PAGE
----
John Indaburgh
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I wanted to also say that the spring water might be better for drinking. I once had unfiltered spring water that came from under a tree tested by the heath department. It flunked! But I later wondered if it really had E-Coli or if when they looked at it  the test had more sediment than they thought drinking water should have.
 
Gail Jardin
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Mike Barkley wrote:

Can I water the garden with pond water by carrying it up to the top of the garden?



I think that would get old fast. I'd be looking for an area downhill of the pond to garden so water could be siphoned into the garden.


Yeah that would not work at all. There are large rocks in the area downhill of the pond. The 'hill' is a very gentle slope like maybe 3 degrees. This is my location that seems best for now because it only has brambles in it and not trees. The only brambles have an intense root system that despite brushcutting last week, I literally spent four hours pulling up roots and rocks today!
 
Gail Jardin
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John Indaburgh wrote:Rather than counting on electric you might consider whether you can utilize a spring above your garden. You'd need a pipe driven in the ground that flows into a tank. This needs to be above the garden, if that's possible. You'll get two pounds of water pressure for each foot the tank is above the garden. That's called the head. There's a fitting that screws onto the end of steel pipe called a well point. The one time I tried this I got nothing. I wanted water for cattle that didn't need me hauling water and a supply for them that didn't freeze. I didn't use an expert or even an amateur effort with "divining rods". I drove the pipe in about 5 foot and couldn't get it farther in.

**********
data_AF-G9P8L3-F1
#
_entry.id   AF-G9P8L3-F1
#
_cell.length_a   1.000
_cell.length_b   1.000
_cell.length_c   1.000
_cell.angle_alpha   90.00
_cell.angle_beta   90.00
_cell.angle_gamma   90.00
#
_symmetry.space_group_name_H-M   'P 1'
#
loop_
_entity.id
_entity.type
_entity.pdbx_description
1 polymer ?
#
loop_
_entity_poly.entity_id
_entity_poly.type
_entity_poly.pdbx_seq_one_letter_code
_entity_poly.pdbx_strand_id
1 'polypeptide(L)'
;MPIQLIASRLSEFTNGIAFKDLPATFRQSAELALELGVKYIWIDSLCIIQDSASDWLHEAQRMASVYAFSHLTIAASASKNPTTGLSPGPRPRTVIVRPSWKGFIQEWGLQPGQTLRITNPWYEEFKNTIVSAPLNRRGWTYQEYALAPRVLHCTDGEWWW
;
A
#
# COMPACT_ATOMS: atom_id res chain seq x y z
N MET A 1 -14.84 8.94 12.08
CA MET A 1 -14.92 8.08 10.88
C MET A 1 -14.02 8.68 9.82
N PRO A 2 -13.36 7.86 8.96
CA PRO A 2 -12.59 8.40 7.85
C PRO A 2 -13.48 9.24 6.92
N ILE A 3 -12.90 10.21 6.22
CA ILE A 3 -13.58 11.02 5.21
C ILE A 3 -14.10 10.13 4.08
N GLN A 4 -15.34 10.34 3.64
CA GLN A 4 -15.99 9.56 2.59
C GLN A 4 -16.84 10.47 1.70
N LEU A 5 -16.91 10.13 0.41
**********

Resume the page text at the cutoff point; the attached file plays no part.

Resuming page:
I have been praying I'd find a spring since buying this property, please feel free to join me in prayer. Any advice on finding a spring or shallow water table/vein?
 
Pearl Sutton
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My guess, based on the Berkey I run, is 99% odds you'd be ok filtering with it. If you can get the filtered water tested (ask local health dept who can do it) (or mail it someplace if you don't want locals knowing what you are doing) it would be MUCH safer. Odds are high, but not 100%. Testing might save you some serious misery. Be sure to put your toilet area well away from your water, failing that will kill you fast.

:D
 
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Gail Jardin wrote:Any advice on finding a spring or shallow water table/vein?



I have had success with dowsing. I used a metal object hanging from a string, I think I used a more weighty ring and followed the direction it pulled toward. It wasn't pulling, per se, but it looked like an invisible magnet was having an effect on it. It's hard to explain, but if you try it, you'll see what I mean. Good luck!